Contemporary artists are exploring innovative techniques in tempera painting, pushing the boundaries of the medium. Some notable examples include:

  • Margaret Keane: Known for her large-eyed paintings, Keane uses tempera to create a unique and dreamlike aesthetic.
  • James Jean: Jean combines tempera with other techniques such as collage and digital painting to create surreal and evocative works.
  • Kehinde Wiley: Wiley uses tempera to create vibrant and powerful portraits that explore themes of race, identity, and history.

Conservation and Restoration of Tempera Paintings

Tempera paintings are susceptible to various factors that can cause damage, including moisture, heat, light, and pollution. The conservation and restoration of tempera paintings require specialized techniques to preserve and repair these delicate works of art.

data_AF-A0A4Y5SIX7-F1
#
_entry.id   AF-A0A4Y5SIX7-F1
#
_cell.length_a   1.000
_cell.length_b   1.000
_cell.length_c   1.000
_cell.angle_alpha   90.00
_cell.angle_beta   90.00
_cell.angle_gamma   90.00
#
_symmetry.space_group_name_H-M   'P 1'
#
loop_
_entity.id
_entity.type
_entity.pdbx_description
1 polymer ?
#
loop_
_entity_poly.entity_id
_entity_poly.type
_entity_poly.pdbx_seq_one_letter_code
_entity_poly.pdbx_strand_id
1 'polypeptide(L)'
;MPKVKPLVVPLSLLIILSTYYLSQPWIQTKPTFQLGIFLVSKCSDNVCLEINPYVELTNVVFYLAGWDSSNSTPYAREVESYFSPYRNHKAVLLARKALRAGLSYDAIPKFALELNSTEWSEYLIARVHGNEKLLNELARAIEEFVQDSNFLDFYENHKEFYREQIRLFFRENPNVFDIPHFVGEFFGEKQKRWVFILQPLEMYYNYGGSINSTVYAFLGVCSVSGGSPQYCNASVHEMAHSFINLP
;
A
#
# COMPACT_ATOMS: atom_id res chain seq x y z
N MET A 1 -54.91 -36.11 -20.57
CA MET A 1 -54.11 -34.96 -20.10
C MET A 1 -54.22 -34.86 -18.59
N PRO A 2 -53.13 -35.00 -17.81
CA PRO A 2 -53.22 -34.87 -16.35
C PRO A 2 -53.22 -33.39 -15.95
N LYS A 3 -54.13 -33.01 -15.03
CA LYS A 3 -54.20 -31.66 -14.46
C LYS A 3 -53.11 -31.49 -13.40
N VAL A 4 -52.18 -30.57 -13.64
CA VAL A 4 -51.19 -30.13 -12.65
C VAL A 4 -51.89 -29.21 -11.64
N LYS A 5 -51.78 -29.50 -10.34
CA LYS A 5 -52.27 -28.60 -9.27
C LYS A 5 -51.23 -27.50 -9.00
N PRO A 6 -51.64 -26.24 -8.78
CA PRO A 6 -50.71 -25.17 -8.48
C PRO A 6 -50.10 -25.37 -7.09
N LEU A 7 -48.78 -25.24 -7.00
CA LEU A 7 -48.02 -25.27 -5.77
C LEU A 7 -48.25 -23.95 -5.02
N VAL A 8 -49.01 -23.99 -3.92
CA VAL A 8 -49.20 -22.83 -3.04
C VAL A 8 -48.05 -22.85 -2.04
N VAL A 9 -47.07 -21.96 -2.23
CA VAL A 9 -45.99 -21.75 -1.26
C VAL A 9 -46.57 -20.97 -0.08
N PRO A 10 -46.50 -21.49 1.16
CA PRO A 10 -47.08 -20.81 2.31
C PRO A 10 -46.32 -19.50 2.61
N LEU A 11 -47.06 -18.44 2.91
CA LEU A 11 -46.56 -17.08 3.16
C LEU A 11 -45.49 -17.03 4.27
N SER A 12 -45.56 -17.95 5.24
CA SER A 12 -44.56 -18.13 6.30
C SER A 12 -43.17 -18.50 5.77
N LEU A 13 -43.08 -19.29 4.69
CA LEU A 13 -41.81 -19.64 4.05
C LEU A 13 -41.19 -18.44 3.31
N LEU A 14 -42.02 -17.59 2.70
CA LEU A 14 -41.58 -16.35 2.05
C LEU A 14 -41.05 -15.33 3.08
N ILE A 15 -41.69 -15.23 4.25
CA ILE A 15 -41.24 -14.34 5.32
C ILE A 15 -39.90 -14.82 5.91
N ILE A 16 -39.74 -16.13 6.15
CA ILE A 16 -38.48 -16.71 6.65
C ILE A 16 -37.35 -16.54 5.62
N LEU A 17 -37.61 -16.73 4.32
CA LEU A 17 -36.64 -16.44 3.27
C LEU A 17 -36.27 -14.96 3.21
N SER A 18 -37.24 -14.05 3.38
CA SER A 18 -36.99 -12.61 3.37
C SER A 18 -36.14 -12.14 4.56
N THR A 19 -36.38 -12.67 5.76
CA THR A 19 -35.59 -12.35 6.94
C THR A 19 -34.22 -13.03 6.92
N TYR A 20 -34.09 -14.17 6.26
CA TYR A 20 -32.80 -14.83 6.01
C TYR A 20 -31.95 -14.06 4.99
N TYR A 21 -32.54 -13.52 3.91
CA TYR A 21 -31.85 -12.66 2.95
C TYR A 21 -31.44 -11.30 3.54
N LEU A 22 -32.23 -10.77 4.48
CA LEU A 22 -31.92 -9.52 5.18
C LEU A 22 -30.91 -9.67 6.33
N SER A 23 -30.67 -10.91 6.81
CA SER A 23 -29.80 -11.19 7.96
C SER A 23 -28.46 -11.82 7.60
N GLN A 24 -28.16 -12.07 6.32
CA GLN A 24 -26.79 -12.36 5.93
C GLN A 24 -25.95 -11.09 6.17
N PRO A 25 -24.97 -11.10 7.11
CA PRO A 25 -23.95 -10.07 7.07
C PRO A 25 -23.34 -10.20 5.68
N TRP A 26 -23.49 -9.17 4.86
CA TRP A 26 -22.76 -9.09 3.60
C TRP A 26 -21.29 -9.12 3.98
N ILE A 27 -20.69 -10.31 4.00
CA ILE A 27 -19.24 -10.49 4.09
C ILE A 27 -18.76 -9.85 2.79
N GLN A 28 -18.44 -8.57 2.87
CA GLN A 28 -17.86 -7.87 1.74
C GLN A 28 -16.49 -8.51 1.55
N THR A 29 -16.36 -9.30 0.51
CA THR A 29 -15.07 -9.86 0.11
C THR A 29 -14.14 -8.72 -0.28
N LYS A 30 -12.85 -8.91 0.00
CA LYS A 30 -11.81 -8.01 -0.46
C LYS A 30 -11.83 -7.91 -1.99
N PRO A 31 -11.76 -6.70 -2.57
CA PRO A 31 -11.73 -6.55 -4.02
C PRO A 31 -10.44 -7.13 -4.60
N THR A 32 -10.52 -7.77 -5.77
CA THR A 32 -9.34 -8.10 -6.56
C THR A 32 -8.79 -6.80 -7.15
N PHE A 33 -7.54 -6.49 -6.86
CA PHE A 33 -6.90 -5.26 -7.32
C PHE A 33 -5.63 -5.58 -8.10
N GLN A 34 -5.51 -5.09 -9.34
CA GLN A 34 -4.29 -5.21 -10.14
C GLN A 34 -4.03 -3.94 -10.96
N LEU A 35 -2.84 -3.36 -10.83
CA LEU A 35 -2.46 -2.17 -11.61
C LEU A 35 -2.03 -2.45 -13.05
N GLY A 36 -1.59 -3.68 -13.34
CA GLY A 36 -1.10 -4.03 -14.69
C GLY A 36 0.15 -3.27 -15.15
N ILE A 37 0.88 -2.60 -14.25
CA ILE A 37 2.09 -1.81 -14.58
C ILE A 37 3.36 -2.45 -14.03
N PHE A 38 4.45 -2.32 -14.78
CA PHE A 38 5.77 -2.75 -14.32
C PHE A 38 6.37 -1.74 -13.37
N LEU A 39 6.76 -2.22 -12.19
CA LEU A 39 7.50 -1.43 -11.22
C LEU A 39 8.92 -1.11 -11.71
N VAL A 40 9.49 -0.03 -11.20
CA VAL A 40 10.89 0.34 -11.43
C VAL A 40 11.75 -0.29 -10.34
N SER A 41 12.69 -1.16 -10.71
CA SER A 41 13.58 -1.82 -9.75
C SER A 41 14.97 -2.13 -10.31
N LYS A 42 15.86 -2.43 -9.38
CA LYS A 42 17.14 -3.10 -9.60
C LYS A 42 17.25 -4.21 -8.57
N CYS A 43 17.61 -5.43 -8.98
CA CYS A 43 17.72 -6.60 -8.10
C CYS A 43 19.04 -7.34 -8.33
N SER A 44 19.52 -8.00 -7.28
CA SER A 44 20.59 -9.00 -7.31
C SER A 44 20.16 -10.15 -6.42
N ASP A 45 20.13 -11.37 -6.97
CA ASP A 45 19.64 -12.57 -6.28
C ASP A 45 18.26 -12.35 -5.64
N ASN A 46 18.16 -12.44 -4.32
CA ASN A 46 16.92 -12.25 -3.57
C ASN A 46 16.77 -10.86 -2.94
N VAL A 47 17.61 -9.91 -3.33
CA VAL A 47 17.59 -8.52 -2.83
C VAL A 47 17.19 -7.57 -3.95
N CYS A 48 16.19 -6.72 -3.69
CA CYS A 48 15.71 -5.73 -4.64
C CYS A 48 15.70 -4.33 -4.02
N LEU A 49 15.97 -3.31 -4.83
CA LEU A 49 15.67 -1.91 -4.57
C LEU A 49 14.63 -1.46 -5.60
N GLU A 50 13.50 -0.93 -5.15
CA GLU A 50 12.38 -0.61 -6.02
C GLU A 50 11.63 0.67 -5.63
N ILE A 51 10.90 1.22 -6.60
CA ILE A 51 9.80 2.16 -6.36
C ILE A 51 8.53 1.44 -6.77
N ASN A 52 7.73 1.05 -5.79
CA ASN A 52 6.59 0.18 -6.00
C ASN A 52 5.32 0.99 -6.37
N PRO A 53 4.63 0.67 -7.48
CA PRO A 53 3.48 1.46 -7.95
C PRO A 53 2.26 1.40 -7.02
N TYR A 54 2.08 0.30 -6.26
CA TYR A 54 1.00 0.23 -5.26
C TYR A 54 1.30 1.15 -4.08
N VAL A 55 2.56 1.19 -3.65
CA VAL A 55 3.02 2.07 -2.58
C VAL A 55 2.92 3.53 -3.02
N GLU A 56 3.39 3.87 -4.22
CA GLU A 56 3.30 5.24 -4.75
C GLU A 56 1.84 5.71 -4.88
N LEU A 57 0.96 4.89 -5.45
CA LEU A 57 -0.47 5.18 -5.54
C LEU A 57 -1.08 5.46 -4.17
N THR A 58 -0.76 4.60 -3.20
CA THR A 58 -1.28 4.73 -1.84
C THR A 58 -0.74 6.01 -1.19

The conservation of tempera paintings involves stabilizing the painting’s structure, preventing further deterioration, and maintaining its original appearance. This may involve cleaning the painting to remove dirt and grime, repairing tears or holes in the canvas, and reattaching loose paint.

Restoration, on the other hand, involves more extensive interventions to restore the painting’s original appearance, such as retouching and varnishing.


Cleaning tempera paintings is a delicate process that requires careful consideration of the painting’s materials and condition. Surface dirt and grime can be removed using a variety of methods, such as gentle brushing or wiping with a damp cloth. More stubborn stains may require the use of solvents or chemical cleaning agents.

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Retouching is the process of repairing damaged areas of a painting by filling in missing paint or restoring faded colors. Retouching should be carried out by a skilled conservator who can match the original paint color and texture as closely as possible.